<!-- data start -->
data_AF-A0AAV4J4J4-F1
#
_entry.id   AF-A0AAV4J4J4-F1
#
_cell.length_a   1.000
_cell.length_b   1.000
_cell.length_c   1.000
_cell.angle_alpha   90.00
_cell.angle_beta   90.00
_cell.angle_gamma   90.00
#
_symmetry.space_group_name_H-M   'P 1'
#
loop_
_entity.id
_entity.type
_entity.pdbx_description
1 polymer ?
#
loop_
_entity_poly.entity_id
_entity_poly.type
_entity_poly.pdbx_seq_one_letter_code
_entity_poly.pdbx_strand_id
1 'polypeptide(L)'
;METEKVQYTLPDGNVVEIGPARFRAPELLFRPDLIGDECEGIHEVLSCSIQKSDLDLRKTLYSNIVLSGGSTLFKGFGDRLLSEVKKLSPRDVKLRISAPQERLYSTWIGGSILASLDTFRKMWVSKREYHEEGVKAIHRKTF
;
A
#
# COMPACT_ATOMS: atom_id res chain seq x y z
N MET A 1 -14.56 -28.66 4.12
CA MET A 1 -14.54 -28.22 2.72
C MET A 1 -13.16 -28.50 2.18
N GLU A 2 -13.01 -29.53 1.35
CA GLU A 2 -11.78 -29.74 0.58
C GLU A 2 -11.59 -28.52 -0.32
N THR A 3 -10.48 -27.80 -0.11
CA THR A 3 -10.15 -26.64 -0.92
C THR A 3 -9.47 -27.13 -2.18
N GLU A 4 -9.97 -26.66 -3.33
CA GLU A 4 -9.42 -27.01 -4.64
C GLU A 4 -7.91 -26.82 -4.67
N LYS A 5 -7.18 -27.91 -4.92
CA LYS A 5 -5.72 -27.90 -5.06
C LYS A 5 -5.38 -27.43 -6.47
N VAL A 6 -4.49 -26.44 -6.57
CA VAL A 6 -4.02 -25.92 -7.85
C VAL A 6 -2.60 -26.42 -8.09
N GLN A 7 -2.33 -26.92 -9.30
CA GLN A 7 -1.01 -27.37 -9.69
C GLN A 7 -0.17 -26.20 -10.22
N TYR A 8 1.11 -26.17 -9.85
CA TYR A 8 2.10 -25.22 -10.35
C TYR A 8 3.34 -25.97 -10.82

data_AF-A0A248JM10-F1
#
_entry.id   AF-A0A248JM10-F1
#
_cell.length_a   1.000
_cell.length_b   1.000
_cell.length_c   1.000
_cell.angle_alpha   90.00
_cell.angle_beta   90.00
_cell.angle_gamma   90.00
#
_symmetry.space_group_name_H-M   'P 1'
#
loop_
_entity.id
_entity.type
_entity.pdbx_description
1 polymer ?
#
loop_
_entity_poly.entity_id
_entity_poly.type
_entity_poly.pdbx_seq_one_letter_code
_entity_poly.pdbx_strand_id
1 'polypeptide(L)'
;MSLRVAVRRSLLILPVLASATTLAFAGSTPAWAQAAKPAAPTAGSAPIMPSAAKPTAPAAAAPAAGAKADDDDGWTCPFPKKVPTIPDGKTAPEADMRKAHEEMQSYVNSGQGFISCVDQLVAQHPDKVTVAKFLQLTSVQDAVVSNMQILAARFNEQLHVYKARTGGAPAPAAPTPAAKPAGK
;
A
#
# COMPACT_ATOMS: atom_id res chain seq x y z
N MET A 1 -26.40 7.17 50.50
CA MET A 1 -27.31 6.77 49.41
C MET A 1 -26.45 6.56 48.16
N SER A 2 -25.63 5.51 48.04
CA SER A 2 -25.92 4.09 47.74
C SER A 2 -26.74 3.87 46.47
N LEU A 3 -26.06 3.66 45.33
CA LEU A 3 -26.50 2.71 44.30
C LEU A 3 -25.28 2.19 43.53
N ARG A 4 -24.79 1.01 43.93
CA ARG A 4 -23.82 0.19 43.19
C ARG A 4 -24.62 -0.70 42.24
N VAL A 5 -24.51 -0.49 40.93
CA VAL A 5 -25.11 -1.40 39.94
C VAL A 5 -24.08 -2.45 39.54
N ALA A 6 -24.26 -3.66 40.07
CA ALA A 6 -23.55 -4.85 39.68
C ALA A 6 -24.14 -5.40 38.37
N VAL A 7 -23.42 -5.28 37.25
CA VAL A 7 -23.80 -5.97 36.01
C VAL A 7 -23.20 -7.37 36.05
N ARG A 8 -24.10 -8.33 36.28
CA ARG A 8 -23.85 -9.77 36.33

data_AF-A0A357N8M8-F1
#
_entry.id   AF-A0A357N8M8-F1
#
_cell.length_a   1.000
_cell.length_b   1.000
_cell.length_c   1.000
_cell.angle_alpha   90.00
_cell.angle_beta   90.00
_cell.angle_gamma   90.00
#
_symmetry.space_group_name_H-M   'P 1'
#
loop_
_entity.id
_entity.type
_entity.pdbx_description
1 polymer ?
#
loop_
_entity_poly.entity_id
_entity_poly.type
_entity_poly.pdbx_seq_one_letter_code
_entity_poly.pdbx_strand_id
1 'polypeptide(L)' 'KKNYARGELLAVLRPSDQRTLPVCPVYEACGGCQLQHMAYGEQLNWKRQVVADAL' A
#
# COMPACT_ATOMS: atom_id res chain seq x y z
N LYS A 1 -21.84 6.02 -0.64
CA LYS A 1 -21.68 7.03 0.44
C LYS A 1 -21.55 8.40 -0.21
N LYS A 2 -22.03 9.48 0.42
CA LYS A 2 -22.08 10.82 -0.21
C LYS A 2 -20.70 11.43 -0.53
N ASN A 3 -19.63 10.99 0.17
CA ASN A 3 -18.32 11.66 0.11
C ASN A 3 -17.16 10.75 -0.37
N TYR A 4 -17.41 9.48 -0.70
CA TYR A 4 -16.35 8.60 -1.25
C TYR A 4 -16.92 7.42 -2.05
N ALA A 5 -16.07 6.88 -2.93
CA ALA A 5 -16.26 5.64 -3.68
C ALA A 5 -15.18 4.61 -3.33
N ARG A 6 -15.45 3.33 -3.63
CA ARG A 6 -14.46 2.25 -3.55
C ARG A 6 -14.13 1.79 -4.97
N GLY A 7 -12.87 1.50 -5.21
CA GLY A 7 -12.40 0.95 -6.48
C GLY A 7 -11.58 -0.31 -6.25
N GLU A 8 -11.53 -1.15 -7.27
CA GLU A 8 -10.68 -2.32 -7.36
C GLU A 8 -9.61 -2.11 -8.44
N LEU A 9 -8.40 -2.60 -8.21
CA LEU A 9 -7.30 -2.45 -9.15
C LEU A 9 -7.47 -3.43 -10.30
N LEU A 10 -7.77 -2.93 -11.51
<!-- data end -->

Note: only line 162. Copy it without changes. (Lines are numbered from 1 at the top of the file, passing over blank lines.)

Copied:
N LEU A 10 -7.77 -2.93 -11.51